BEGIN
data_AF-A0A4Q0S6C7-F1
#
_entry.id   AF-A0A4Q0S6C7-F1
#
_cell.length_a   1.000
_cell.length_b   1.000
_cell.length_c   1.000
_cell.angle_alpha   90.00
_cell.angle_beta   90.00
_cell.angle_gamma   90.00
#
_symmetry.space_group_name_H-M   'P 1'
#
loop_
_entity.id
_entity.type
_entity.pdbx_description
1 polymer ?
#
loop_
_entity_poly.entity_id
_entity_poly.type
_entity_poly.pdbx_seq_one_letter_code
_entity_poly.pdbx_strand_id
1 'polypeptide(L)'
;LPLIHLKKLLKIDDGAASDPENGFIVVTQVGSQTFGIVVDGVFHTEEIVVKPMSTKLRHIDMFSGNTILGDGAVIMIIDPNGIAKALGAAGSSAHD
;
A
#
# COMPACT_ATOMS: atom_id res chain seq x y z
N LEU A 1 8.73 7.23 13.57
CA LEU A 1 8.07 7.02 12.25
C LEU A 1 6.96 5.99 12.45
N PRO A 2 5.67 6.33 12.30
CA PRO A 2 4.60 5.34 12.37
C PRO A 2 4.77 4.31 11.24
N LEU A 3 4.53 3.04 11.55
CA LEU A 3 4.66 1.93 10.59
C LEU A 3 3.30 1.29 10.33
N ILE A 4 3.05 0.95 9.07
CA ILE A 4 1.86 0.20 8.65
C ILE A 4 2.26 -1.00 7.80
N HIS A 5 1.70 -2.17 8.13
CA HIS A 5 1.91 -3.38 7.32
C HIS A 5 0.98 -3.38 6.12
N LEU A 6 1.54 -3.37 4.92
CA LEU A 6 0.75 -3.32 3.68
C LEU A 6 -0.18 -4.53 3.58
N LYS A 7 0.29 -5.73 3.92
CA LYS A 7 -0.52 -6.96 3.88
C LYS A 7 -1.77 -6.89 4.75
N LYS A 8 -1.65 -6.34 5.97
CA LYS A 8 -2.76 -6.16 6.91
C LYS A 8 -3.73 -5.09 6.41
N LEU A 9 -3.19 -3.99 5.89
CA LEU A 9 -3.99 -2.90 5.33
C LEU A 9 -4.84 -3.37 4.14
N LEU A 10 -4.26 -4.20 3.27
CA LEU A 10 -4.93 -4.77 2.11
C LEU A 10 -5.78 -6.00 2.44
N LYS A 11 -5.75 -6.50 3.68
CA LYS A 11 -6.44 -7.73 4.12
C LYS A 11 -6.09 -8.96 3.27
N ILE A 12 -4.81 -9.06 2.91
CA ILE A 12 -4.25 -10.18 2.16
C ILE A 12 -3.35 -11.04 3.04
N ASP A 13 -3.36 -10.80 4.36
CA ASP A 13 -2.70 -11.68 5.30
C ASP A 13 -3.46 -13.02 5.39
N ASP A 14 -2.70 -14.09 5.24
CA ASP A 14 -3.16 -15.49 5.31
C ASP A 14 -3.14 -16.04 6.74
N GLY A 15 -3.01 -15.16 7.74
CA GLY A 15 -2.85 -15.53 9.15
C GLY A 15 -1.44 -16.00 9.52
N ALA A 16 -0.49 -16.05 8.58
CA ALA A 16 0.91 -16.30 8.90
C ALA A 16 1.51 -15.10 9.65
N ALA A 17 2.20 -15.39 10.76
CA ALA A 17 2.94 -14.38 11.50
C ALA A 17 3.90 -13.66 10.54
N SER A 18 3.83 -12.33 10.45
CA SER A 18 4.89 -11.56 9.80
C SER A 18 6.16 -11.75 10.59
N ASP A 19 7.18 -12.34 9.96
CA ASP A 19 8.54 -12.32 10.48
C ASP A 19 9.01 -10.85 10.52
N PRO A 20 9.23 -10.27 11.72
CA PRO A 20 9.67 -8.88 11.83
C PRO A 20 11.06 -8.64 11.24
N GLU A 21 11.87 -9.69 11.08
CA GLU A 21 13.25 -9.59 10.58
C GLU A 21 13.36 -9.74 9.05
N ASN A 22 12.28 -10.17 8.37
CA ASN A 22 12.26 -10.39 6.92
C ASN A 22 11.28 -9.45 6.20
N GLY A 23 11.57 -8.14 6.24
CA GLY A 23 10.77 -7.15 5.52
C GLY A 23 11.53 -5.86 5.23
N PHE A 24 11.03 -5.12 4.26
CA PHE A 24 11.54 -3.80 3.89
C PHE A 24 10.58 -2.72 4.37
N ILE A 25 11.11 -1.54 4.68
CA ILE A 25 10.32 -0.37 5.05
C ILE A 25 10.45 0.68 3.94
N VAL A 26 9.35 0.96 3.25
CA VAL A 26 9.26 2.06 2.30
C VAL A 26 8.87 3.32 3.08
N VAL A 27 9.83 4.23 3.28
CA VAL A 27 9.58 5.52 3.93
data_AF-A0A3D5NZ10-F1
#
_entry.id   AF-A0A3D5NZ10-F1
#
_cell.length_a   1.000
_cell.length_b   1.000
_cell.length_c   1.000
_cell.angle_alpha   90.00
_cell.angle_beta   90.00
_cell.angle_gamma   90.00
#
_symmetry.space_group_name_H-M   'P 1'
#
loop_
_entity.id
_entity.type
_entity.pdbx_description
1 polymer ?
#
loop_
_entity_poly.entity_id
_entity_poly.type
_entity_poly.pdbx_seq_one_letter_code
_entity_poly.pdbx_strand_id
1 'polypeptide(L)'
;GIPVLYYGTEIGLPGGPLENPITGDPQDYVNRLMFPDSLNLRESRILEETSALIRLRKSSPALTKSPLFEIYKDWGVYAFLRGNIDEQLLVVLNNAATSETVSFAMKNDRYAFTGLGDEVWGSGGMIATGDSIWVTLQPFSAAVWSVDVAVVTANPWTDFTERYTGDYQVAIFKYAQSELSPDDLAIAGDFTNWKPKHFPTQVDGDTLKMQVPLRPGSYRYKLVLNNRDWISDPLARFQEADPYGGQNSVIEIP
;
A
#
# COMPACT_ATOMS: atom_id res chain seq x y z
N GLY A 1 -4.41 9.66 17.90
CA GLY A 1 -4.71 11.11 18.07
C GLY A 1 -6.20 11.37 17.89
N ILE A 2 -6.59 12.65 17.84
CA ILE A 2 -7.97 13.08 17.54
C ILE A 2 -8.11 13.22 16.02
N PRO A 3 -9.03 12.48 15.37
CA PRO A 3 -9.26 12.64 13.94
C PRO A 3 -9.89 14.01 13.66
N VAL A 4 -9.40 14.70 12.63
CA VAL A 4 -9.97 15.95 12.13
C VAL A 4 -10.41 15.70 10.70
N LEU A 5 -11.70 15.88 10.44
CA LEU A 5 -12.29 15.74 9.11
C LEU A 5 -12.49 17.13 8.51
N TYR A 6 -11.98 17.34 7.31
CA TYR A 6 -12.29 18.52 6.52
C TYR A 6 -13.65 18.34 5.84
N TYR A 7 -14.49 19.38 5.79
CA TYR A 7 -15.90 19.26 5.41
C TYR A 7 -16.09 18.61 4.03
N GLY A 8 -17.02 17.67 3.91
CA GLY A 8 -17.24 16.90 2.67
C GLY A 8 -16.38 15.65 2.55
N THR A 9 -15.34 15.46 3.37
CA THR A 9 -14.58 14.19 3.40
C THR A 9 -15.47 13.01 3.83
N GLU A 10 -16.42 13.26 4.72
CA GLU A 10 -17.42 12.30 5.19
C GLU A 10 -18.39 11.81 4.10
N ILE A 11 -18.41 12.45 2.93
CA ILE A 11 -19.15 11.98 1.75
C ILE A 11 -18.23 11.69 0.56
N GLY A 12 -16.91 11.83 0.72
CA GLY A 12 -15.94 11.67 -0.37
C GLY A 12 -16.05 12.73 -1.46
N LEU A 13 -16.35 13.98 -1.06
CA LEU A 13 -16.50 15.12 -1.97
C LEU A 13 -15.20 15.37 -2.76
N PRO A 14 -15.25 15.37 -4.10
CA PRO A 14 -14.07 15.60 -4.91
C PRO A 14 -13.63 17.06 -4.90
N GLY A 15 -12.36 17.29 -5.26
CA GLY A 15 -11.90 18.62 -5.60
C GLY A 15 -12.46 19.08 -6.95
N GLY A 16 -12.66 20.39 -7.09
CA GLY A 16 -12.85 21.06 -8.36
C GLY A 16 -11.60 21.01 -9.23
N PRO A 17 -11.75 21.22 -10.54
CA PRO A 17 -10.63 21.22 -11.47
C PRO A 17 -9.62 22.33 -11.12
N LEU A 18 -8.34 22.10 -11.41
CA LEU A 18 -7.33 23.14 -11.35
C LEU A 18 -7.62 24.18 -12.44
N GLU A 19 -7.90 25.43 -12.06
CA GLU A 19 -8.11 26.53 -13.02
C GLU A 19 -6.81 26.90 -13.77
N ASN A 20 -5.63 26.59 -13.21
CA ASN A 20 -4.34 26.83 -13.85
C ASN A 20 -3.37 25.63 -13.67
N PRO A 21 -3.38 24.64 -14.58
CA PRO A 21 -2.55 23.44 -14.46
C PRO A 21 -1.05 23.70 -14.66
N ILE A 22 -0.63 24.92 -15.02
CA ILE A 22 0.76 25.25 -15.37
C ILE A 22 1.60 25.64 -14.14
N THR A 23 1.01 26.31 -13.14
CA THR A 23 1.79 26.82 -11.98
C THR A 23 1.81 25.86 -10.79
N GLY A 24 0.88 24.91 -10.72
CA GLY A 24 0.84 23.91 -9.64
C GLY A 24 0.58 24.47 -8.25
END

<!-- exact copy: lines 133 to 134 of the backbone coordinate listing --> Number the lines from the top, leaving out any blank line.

_entity_poly.pdbx_seq_one_letter_code
_entity_poly.pdbx_strand_id